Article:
Babies read lips

According to the latest Education Aotearoa, “New research suggests babies don’t learn to talk just from hearing sounds – they’re lip-readers too. It happens during that stage when a baby’s babbling gradually changes from gibberish into syllables and eventually into that first ‘mama’ or ‘dada’. Scientists in the US discovered that from about six-months-old, babies began shifting from the intent eye gaze of early infancy to studying mouths when people talk to them. Once they master the lip movements, they apparently shift back to look you in the eye again. The study will appear in Proceedings of the National Academy of Sciences.” (27)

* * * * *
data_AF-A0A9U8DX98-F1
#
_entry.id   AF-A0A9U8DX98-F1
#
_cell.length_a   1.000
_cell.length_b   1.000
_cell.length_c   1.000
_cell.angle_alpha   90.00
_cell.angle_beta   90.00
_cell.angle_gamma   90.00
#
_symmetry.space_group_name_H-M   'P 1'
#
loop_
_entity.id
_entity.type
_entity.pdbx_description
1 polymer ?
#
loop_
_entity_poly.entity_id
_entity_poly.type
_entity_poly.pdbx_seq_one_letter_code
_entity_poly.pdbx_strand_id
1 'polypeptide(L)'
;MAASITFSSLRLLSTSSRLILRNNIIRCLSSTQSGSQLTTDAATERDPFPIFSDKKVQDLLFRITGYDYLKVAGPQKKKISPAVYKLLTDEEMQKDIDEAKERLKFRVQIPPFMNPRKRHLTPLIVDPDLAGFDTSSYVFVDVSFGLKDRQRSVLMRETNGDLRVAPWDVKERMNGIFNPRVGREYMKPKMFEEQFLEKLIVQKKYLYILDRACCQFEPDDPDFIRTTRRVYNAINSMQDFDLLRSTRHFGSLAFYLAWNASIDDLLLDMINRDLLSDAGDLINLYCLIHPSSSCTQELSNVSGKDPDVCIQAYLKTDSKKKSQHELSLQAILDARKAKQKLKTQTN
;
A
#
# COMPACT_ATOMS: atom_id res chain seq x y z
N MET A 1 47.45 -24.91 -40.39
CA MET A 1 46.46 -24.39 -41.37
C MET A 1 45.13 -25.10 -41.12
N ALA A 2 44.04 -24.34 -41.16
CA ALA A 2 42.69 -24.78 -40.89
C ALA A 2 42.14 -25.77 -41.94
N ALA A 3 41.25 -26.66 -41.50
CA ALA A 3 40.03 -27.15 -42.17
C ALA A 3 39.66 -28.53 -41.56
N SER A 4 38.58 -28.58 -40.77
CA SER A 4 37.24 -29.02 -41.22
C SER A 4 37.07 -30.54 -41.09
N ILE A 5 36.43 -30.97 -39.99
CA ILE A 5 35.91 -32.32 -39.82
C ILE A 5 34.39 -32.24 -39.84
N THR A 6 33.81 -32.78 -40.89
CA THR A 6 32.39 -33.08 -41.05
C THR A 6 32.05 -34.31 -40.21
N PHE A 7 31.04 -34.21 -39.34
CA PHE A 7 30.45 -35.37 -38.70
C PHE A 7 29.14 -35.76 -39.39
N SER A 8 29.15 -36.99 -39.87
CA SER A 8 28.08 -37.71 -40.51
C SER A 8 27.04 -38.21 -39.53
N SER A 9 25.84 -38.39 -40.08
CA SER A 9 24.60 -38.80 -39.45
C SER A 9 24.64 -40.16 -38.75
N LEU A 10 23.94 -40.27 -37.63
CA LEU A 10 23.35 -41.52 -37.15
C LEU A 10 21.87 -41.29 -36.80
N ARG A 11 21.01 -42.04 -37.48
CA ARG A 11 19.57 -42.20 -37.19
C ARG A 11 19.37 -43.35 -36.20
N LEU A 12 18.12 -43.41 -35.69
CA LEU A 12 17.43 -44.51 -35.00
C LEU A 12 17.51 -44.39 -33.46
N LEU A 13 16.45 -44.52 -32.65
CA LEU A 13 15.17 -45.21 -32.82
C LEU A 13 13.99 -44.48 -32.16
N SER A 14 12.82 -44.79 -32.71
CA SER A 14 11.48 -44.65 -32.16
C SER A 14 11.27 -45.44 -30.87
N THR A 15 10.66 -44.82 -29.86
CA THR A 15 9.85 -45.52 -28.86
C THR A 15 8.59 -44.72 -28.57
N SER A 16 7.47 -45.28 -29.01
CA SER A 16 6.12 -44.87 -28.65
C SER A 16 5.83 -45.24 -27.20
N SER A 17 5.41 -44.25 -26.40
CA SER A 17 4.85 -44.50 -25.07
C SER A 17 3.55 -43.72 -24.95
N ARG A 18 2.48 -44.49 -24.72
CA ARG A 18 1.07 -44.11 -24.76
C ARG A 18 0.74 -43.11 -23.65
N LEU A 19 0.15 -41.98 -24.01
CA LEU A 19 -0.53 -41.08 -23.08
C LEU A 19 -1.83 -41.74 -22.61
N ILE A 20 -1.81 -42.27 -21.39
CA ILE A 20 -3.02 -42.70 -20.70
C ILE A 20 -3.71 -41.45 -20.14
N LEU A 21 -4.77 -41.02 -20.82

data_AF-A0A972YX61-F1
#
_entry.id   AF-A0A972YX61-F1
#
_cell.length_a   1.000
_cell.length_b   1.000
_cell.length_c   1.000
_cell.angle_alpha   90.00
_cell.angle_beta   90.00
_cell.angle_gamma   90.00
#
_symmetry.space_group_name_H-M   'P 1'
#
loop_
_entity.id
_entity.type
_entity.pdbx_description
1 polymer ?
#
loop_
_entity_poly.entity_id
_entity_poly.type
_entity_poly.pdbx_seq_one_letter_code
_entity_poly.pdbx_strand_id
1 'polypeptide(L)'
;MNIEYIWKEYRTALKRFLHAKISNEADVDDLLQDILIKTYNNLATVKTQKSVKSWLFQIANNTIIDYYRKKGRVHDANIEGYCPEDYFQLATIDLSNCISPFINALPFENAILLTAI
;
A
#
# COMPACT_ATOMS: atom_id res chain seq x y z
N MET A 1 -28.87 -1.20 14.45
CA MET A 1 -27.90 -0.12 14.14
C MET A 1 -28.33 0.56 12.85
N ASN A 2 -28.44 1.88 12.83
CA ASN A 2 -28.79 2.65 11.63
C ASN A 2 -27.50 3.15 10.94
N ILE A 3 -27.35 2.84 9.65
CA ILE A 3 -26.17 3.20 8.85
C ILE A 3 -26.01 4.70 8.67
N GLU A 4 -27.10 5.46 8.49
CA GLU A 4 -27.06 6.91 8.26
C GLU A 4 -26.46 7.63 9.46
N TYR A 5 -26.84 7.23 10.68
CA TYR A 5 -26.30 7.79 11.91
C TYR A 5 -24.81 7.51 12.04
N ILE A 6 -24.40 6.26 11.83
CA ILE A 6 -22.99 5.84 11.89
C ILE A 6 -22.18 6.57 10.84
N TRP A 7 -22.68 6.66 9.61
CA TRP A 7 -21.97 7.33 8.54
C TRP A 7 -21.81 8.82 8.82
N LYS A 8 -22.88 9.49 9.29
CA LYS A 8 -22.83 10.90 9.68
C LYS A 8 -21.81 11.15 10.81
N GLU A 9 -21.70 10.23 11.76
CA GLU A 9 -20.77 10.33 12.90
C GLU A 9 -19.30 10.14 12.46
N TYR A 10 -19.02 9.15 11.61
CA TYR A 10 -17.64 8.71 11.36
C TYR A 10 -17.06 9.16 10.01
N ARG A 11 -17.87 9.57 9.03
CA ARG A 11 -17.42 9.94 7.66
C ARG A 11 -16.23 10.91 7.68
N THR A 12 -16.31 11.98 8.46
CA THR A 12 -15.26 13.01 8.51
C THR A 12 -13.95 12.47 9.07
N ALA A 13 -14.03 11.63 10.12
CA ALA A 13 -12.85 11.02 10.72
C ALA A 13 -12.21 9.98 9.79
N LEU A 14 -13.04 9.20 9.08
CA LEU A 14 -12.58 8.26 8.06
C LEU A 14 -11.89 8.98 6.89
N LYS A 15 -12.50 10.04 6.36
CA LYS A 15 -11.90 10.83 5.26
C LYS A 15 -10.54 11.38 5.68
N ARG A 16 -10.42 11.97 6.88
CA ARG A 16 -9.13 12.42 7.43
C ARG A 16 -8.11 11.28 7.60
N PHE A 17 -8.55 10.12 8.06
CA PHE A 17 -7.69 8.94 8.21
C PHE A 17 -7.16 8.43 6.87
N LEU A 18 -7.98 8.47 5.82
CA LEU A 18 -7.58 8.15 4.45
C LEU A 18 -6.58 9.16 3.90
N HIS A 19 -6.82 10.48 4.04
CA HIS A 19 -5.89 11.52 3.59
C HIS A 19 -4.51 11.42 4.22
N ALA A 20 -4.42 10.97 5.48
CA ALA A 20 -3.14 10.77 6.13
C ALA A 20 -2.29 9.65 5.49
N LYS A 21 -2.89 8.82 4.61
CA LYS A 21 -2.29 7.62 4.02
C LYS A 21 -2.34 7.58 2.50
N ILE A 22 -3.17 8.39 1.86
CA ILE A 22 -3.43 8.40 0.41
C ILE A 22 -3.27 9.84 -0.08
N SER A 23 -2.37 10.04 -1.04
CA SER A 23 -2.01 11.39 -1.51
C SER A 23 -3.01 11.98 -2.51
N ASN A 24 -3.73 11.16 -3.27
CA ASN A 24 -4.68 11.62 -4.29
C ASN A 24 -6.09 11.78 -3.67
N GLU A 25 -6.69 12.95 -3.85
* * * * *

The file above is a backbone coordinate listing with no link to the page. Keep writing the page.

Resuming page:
Ref: ‘Research’ [Research section] (2012)  Education Aotearoa 3(2)Autumn, p.27


About backyardbooks

This blog is a kind of electronic storage locker for ideas and quotes that inform my research... literary research into fiction for young adults (with a special focus on New Zealand fiction). Kiwis are producing amazing literature for younger readers, but it isn't getting the academic appreciation it deserves. I hope readers of this blog can make use of the material I gather and share by way of promoting our fiction. Cheers!
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